‘Detainees are made to dig their own graves’: Former guard speaks out as satellite images show North Korean gulags are growing

Amnesty International report reveals female political prisoners are raped and then made to ‘disappear’

Satellite images have revealed that North Korea’s largest political prison camp is growing, according to a report from Amnesty International.

New housing blocks, security buildings and facilities for forced labour have sprung up in the two years analysed by the human rights organisation.

A former security official has also spoken out for the first time, telling activists how detainees are forced to dig their own graves and women are routinely raped and then “disappear”.

“The gruesome reality of North Korea’s continued investment in this vast network of repression has been exposed,” said Amnesty International’s Rajiv Narayan.

The North Korean government denies the existence of any gulags, despite various reports that hundreds of thousands of people, including children, are held across a number of detention facilities.

Former inmates and officials say detainees are made to do manual labour for 10 to 12 hours a day, allowed little sleep and kept on near-starvation rations.

Many are not charged with specific crimes, arrested instead on the basis of “guilt by association” because they know, or have family members who are, political dissidents.

A central area of Camp 16, shown in an image taken on 18 May 2011 A central area of Camp 16, shown in an image taken on 18 May 2011 Kwanliso 16, in the North Hamgyong province, is believed to be the largest political prison camp in the country. At 560km2, it is three times the size of the US capital Washington, DC, and in 2011 was estimated to hold 20,000 people.

The images released today, taken in May 2013, indicate an increase in Camp 16’s population with new housing blocks clearly visible. The pictures also showed further housing being built.

The same area of Camp 16, shown in May 2013 after additions to housing blocks The same area of Camp 16, shown in May 2013 after additions to housing blocks Significant economic activity - such as mining, logging and agriculture - is also clearly visible in the satellite images. They show an expansion of an industrial area within Camp 16.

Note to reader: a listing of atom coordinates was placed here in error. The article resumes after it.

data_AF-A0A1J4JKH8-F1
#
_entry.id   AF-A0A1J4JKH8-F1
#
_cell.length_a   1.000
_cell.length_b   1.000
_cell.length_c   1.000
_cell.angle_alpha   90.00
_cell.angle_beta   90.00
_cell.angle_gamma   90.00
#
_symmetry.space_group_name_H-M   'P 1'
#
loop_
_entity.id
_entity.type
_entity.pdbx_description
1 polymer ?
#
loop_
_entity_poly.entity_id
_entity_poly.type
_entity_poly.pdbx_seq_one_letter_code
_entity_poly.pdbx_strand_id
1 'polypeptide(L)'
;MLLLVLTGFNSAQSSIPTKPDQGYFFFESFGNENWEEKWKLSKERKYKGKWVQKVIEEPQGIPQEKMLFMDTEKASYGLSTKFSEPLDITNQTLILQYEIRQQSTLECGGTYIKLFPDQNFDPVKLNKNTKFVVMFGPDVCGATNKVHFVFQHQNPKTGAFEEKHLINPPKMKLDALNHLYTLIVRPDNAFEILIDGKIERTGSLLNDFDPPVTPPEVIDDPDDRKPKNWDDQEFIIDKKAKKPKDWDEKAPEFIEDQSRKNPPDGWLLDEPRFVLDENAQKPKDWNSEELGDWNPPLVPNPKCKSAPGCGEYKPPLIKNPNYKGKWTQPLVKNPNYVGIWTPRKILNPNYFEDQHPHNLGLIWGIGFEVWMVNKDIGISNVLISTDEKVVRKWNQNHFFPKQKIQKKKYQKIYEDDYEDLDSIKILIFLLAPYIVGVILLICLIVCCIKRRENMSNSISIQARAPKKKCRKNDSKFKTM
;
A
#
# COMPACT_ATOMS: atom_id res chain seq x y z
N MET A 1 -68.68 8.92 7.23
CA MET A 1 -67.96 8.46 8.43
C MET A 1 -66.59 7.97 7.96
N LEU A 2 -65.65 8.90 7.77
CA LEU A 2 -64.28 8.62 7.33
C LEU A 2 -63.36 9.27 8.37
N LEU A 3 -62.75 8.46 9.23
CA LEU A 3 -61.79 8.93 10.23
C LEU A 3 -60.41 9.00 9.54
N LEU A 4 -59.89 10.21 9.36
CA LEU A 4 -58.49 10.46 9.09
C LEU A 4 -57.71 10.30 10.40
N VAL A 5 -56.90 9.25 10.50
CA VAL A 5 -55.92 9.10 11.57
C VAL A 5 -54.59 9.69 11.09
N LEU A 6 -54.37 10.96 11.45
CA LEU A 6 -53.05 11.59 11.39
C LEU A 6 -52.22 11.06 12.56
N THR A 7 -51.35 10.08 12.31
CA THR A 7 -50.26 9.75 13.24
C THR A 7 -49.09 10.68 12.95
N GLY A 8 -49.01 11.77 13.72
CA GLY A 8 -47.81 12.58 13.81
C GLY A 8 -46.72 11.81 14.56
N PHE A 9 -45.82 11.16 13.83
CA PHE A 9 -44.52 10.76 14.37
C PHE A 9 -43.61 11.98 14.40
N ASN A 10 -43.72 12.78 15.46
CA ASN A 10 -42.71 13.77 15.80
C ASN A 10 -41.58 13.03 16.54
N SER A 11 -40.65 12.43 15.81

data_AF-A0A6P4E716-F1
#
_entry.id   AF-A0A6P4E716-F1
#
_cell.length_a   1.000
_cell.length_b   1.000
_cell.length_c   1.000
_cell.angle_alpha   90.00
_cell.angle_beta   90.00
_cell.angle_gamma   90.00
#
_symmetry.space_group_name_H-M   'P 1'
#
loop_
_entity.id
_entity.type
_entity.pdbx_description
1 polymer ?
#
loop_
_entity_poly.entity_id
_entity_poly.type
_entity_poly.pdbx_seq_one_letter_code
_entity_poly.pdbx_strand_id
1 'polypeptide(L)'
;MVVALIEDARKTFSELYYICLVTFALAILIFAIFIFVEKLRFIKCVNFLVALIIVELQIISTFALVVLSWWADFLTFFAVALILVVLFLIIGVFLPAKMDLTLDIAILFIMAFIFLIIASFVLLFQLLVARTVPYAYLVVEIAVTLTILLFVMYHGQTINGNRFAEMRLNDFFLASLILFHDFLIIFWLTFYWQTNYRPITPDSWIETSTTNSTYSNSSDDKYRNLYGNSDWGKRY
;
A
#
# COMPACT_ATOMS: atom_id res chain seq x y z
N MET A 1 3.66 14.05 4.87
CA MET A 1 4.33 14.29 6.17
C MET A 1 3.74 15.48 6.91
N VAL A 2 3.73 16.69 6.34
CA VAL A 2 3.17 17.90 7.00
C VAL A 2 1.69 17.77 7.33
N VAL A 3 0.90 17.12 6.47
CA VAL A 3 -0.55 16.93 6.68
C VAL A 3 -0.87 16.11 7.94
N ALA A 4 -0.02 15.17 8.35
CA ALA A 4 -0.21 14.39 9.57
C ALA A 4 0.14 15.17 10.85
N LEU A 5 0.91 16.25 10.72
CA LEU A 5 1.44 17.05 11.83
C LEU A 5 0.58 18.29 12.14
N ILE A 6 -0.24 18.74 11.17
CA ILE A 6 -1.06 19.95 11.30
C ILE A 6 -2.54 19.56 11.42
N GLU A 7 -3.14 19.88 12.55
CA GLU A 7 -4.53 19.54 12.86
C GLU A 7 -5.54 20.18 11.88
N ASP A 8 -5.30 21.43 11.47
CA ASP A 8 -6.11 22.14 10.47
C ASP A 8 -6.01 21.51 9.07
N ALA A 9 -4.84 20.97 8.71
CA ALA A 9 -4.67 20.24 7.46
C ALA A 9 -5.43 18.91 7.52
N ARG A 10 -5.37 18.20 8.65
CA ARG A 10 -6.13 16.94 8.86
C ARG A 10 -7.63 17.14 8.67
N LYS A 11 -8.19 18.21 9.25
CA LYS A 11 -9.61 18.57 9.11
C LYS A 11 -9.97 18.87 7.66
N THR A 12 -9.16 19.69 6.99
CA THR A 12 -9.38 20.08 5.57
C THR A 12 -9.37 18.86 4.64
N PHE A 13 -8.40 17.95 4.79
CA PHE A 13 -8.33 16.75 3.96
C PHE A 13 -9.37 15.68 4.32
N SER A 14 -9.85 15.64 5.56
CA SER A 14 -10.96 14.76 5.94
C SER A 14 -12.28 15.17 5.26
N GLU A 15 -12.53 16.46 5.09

Mr Lee, a former security official at Camp 16 in the 1980s until the mid-1990s, told Amnesty International of the methods used to execute prisoners. Detainees were forced to dig their own graves and were then killed with hammer blows to their necks, he said. He also witnessed prison officers strangling detainees and then beating them to death with wooden sticks.

According to Mr Lee, women were “disappeared” after being raped: “After a night of ‘servicing’ the officials, the women had to die because the secret could not get out. This happens at most of the political prison camps,” he said.

Though significantly smaller than 16, Camp 15 reportedly has a larger population of around 50,000. Satellite images show six new housing blocks have been built, though dozens seemed to have been demolished since 2011.

“We urge the authorities to immediately and unconditionally release all those prisoners of conscience held in political prison camps and close the camps immediately,” Mr Narayan said.

Amnesty International said it had shared its latest evidence with the UN Commission of Inquiry investigating human rights abuses in North Korea.

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